It's Knife Week! Learn About Japanese Knives and How to Keep Them Sharp
We're excited to get some new knives into our collection by a reputable blade maker in Japan. Shimomura Kogyou in Niigata prefecture has been making knives since 1957. They are known to produce knives that are durable, precise, and economical. They also make our popular Speedy Peeler!
Use this versatile banno knife for for cutting fish, meat, and vegetables. It is a great substitute for your everyday chef's knife. The 6.5" blade is comprised of yasuki carbon steel on the outer edges and a soft iron core – which results in a gradation of colors on the blade itself. This forging method produces a blade that is both durable and easy to sharpen.
Cut greens and tomatoes like a ninja with this nakiri knife. Nakiri knives are specifically designed to cut greens and other delicate vegetables. Thanks to its thin blade, nakiris will slice right through vegetables and meet your cutting board without horizontal the push and pull that can make veggies raggedy or smushed.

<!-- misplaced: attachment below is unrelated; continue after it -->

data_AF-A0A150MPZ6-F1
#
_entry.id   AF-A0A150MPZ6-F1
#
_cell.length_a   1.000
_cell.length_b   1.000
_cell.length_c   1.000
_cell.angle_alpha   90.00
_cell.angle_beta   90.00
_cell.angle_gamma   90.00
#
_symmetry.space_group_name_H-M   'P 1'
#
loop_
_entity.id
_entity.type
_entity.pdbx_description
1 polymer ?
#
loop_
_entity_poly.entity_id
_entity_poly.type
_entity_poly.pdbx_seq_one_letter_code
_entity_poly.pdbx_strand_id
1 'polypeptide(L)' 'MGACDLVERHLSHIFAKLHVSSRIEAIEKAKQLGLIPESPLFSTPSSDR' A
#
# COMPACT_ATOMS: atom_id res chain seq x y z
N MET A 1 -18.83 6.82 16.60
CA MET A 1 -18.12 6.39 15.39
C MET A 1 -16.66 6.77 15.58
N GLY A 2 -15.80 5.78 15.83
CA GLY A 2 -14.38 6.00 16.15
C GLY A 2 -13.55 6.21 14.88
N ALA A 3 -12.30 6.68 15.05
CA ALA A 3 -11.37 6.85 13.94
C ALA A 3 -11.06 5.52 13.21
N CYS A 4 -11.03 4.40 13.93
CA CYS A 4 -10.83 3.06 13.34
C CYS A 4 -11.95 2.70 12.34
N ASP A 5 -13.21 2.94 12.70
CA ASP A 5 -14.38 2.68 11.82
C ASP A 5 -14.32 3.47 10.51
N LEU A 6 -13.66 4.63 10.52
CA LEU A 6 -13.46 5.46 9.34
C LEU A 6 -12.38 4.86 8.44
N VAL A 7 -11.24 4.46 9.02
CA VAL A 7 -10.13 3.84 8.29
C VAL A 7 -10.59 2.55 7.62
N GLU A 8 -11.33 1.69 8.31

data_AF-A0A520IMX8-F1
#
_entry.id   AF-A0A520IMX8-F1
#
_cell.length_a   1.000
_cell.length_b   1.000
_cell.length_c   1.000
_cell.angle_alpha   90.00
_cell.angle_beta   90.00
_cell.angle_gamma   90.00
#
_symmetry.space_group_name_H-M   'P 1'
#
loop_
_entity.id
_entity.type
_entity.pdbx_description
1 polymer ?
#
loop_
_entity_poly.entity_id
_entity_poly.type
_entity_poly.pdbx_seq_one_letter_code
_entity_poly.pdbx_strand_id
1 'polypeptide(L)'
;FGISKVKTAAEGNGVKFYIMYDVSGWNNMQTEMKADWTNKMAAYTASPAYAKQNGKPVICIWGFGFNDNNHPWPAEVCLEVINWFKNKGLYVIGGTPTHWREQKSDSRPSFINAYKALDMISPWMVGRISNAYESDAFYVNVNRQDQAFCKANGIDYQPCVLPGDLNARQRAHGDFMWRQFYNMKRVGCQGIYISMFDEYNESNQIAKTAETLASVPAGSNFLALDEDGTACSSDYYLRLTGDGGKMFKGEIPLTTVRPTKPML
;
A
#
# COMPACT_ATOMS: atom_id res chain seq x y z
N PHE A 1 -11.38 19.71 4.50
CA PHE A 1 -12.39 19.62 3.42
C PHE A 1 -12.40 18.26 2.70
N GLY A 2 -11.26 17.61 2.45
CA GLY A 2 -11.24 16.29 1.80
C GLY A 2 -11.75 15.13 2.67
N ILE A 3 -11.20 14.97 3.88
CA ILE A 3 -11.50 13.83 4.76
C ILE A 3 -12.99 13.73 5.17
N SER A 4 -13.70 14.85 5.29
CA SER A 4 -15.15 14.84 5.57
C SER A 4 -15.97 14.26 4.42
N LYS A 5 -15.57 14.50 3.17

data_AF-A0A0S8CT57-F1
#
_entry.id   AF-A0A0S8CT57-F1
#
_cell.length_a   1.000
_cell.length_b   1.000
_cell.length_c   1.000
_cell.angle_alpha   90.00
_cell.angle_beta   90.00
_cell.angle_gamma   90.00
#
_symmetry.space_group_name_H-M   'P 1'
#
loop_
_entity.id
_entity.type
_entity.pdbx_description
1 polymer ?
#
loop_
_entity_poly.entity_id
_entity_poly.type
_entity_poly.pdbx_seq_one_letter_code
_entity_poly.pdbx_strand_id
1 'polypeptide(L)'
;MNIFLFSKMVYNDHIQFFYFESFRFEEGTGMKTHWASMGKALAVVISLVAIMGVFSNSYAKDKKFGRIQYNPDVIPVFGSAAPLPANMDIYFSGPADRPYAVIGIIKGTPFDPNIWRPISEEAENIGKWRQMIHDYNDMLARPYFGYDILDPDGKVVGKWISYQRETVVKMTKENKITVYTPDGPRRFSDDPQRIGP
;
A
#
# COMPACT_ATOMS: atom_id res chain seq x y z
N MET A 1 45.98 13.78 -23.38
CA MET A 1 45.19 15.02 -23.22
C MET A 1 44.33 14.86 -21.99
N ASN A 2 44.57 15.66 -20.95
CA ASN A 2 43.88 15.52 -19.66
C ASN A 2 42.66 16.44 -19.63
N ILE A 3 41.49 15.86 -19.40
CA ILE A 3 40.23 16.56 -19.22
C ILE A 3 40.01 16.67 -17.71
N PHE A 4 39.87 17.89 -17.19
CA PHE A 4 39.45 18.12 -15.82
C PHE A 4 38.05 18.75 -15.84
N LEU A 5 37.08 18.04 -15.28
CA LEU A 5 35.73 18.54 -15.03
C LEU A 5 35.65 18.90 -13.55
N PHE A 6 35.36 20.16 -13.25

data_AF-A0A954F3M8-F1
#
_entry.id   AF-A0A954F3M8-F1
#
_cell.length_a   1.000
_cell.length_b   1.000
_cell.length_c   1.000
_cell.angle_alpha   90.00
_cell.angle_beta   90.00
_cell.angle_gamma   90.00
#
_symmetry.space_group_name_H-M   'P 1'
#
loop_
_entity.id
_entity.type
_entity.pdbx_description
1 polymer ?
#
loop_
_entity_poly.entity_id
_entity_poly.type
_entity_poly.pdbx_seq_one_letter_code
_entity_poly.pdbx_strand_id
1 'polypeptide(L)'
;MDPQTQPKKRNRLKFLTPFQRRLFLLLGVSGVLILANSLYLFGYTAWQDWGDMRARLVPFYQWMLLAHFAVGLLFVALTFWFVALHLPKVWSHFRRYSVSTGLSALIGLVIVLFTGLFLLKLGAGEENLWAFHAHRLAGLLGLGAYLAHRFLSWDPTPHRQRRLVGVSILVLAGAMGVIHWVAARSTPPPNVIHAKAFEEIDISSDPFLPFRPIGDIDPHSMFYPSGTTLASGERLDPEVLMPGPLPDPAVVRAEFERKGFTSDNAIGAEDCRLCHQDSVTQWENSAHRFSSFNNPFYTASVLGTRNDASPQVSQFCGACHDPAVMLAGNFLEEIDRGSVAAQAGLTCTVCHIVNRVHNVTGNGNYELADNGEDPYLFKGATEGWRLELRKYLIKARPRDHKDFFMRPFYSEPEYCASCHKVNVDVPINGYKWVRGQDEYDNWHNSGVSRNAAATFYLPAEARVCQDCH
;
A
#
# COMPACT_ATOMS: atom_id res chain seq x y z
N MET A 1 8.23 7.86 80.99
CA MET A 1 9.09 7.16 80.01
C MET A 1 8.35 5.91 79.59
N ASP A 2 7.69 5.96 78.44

The sturdy magnolia handle ensures stability when slicing and dicing.
It's important to have a good kitchen knife, but even more essential is to keep them sharp. A dull knife is a dangerous knife. We like to sharpen knives with whetstones (aka sharpening stones) - it is a simple process that can take as little as 10 minutes from start to finish. Yoko wrote about how to sharpen knives years ago but it remains a classic on our blog. Bookmark it!
Along with the two new knives above, we've brought in a whetstone that we love by King. This classic Japanese combination knife sharpening stone features two grits of stone, one for reprofiling your knife, and the other for refinishing.
This stone is essential for any Japanese knife owner. It works on santoku, banno, nakiri, yanagi, cleavers, and paring knives that are made of the most common types of steels (including stainless and carbon steel).